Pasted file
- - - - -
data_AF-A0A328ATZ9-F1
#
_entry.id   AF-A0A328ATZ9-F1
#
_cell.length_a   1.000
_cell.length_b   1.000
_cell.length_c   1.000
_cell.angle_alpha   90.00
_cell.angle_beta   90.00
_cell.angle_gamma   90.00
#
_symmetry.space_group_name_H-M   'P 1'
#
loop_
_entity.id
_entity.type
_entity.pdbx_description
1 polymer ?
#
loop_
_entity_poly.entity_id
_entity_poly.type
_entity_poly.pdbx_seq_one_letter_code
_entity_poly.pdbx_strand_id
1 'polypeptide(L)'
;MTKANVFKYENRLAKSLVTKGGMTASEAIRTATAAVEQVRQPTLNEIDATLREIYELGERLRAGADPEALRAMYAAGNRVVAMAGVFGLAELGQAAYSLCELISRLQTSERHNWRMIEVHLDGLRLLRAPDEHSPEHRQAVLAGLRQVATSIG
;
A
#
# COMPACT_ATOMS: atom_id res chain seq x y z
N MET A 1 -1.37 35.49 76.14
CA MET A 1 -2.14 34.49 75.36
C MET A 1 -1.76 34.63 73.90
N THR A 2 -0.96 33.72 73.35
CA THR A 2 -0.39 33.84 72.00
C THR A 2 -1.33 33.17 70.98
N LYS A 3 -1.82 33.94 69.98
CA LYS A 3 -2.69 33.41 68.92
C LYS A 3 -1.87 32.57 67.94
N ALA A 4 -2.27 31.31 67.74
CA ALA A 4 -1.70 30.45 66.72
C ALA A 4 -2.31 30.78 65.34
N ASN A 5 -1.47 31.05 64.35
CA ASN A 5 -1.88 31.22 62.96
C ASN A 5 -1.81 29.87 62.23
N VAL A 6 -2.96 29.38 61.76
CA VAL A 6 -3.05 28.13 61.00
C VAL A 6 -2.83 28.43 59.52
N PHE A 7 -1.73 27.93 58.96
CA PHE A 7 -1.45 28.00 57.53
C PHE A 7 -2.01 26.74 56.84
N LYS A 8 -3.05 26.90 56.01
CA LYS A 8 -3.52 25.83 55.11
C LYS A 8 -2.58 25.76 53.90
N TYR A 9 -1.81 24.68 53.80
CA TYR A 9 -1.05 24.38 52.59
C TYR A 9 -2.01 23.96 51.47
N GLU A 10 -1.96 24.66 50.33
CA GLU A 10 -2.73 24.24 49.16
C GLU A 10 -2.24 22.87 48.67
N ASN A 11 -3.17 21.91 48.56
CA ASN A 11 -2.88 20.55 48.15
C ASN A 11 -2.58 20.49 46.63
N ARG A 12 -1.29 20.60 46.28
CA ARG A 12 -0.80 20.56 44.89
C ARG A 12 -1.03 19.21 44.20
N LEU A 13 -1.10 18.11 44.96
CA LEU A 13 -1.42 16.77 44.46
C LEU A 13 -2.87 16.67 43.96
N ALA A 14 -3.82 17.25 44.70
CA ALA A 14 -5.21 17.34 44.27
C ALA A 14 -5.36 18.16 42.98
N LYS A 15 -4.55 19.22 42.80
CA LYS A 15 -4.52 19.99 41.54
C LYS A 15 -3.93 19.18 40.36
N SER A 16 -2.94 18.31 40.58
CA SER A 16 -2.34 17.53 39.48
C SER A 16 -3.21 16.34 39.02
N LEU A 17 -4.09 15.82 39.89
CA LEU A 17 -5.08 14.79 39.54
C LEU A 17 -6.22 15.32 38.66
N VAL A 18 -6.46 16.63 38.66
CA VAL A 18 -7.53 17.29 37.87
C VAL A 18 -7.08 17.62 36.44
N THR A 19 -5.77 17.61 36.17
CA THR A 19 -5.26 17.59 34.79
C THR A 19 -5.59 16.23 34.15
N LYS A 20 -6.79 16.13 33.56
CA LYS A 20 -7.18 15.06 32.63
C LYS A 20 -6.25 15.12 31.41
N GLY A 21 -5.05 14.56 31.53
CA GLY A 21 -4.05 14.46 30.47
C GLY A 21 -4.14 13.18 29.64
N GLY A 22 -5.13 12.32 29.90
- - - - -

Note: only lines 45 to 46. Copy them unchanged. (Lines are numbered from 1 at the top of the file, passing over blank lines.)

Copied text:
C ASN A 5 -1.81 29.87 62.23
N VAL A 6 -2.96 29.38 61.76